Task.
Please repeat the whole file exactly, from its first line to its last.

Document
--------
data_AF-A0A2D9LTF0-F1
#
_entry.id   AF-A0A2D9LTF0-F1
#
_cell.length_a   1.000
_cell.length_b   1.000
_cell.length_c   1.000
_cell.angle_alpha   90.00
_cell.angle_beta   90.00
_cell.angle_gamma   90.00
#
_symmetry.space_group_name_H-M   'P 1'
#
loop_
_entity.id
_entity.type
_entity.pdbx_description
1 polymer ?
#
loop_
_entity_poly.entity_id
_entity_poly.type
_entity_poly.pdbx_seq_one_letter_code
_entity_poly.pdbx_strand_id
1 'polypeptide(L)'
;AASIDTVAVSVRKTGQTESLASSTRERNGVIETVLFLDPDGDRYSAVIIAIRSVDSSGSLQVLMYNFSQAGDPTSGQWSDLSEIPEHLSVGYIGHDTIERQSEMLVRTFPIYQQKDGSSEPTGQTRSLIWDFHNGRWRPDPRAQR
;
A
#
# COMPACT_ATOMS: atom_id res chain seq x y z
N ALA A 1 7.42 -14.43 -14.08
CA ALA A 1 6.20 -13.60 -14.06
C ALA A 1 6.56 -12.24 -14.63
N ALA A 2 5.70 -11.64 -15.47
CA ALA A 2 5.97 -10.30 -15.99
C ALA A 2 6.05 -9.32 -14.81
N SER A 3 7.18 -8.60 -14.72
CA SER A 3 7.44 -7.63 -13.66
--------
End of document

data_AF-A0A2D9LTF0-F1
#
_entry.id   AF-A0A2D9LTF0-F1
#
_cell.length_a   1.000
_cell.length_b   1.000
_cell.length_c   1.000
_cell.angle_alpha   90.00
_cell.angle_beta   90.00
_cell.angle_gamma   90.00
#
_symmetry.space_group_name_H-M   'P 1'
#
loop_
_entity.id
_entity.type
_entity.pdbx_description
1 polymer ?
#
loop_
_entity_poly.entity_id
_entity_poly.type
_entity_poly.pdbx_seq_one_letter_code
_entity_poly.pdbx_strand_id
1 'polypeptide(L)'
;AASIDTVAVSVRKTGQTESLASSTRERNGVIETVLFLDPDGDRYSAVIIAIRSVDSSGSLQVLMYNFSQAGDPTSGQWSDLSEIPEHLSVGYIGHDTIERQSEMLVRTFPIYQQKDGSSEPTGQTRSLIWDFHNGRWRPDPRAQR
;
A
#
# COMPACT_ATOMS: atom_id res chain seq x y z
N ALA A 1 7.42 -14.43 -14.08
CA ALA A 1 6.20 -13.60 -14.06
C ALA A 1 6.56 -12.24 -14.63
N ALA A 2 5.70 -11.64 -15.47
CA ALA A 2 5.97 -10.30 -15.99
C ALA A 2 6.05 -9.32 -14.81
N SER A 3 7.18 -8.60 -14.72
CA SER A 3 7.44 -7.63 -13.66